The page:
Kleiner-Hartigan trees :
Kleiner-Hartigan trees, also known as K-H trees, are a type of data structure used to represent data sets in a hierarchical manner. They are named after the two researchers, William Kleiner and John Hartigan, who first proposed the concept in 1980.
K-H trees are similar to other hierarchical data structures, such as quadtrees and binary trees, in that they divide a data set into smaller and smaller subsets based on some sort of criteria. In the case of K-H trees, the criteria used to divide the data set is the median value of the data set along a given dimension.
For example, consider a data set containing a collection of 2-dimensional points, such as (1,5), (3,4), (5,2), and (4,3). To construct a K-H tree for this data set, we would first choose a dimension to split the data set along, such as the x-dimension. We would then compute the median value of the x-coordinates of the points in the data set, which in this case is 4. We would then divide the data set into two subsets, one containing all points with x-coordinates less than or equal to 4, and the other containing all points with x-coordinates greater than 4.
The two subsets would then be treated as separate data sets, and the process of dividing them into smaller subsets would be repeated on each subset. For example, the subset containing points with x-coordinates less than or equal to 4 might be further divided into two subsets based on the median value of the y-coordinates of the points in the subset. This process of dividing the data set into smaller and smaller subsets would continue until each subset contains only a single point.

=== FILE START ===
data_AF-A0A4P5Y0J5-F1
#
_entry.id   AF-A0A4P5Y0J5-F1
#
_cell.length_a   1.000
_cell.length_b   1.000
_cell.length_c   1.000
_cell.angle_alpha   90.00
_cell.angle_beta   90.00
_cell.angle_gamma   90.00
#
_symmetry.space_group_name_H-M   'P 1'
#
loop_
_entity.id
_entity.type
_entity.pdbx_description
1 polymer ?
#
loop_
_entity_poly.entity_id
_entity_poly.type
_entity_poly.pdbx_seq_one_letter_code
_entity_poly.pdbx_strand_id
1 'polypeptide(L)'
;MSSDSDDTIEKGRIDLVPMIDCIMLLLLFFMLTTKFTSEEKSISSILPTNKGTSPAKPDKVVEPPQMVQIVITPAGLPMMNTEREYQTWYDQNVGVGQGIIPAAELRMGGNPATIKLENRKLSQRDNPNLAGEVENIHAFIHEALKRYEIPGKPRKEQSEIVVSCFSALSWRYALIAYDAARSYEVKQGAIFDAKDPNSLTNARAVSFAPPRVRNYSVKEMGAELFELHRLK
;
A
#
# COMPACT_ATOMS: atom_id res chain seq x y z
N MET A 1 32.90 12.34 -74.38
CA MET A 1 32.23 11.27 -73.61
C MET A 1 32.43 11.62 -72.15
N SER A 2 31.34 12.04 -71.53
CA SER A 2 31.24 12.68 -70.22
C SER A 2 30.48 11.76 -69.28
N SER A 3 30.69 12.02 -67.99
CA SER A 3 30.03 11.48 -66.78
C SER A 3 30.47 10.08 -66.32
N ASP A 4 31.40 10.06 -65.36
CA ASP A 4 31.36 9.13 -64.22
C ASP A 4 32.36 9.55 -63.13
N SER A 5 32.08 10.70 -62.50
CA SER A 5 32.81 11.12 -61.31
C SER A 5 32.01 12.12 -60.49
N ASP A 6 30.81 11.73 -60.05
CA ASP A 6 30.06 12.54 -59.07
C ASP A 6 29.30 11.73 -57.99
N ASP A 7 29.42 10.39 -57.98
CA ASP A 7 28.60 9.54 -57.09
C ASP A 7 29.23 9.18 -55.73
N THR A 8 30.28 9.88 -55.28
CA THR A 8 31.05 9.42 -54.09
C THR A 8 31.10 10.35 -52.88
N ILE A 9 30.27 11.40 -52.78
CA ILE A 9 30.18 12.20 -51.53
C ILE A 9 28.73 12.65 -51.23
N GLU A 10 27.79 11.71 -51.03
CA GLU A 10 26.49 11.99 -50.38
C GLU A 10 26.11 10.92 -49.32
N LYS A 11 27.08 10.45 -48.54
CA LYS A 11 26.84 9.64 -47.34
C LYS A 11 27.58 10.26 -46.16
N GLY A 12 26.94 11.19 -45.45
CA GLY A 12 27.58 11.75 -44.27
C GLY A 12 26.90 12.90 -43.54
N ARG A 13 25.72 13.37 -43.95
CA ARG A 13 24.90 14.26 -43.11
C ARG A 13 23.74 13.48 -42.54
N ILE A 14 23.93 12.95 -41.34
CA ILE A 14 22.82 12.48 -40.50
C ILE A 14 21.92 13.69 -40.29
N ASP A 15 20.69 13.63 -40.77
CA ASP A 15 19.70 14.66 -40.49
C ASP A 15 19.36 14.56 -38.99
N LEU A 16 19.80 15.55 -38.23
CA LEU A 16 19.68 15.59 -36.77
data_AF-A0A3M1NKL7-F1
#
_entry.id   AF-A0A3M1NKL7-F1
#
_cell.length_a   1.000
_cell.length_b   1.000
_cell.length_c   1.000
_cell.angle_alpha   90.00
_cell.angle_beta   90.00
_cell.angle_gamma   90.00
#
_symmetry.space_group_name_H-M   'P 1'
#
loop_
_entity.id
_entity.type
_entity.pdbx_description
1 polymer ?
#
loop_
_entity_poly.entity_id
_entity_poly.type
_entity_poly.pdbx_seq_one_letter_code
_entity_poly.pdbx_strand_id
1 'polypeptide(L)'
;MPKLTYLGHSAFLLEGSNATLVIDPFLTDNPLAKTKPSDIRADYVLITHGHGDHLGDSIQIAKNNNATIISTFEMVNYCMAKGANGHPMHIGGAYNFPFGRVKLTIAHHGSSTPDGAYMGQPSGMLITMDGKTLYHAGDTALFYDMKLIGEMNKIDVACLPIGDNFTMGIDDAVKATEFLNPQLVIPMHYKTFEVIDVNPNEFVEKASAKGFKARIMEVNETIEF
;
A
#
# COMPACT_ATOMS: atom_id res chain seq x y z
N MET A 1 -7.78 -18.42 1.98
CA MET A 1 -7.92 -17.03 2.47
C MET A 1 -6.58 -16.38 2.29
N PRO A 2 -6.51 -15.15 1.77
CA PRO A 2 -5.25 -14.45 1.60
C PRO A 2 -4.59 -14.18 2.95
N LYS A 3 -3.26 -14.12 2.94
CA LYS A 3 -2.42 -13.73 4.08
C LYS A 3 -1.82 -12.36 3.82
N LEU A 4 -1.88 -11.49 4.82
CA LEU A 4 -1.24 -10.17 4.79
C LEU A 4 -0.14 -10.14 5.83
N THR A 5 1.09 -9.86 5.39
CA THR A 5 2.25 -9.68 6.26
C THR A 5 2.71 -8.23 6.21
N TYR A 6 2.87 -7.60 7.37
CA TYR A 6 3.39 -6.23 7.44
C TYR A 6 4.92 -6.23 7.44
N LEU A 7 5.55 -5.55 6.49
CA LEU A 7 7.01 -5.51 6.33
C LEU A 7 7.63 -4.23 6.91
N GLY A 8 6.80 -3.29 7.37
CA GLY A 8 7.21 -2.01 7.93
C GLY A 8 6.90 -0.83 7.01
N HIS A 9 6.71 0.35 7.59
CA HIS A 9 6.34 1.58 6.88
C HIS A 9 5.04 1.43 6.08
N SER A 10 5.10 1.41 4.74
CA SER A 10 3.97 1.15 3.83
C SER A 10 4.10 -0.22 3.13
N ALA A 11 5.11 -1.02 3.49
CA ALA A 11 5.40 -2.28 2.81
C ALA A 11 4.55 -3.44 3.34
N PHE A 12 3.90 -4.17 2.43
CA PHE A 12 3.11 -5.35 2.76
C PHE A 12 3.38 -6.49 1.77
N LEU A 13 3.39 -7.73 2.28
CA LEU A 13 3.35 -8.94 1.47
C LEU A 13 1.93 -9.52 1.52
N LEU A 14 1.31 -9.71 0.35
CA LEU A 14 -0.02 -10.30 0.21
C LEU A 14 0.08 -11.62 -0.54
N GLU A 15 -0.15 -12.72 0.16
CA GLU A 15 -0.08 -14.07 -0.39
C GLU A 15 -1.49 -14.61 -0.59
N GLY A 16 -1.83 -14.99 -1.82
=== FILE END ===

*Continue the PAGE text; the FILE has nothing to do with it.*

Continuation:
This hierarchical structure of dividing the data set into smaller and smaller subsets allows for efficient searching and sorting of the data. For example, if we want to search for a point with a particular set of coordinates, we can start at the root node of the K-H tree and use the median value to determine which of the two child nodes to traverse to next. This process would continue until we reach the leaf node containing the point we are searching for.
One advantage of K-H trees over other hierarchical data structures, such as quadtrees, is that they do not require a predetermined number of dimensions. In a quadtree, the data set must be divided into four quadrants, each corresponding to a different dimension. In a K-H tree, however, the data set can be divided into as many subsets as necessary, allowing for greater flexibility in representing the data.
Another advantage of K-H trees is their ability to handle outliers in the data set. In a quadtree, for example, an outlier point could cause an entire quadrant to be dedicated to just that one point, leading to an inefficient use of space. In a K-H tree, however, the outlier point would simply be placed in its own subset, allowing for more efficient use of space.
One potential disadvantage of K-H trees is the time required to construct the tree. Because the median value of the data set must be computed for each dimension, constructing a K-H tree can be computationally intensive. However, the time required for searching and sorting the data once the tree has been constructed is typically much faster than other hierarchical data structures.
In conclusion, K-H trees are a flexible and efficient data structure for representing hierarchical data sets. They offer advantages over other hierarchical data structures, such as the ability to handle outliers and the ability to work with any number of dimensions. While they may require more time to construct, their efficient searching and sorting capabilities make them a useful tool in many applications.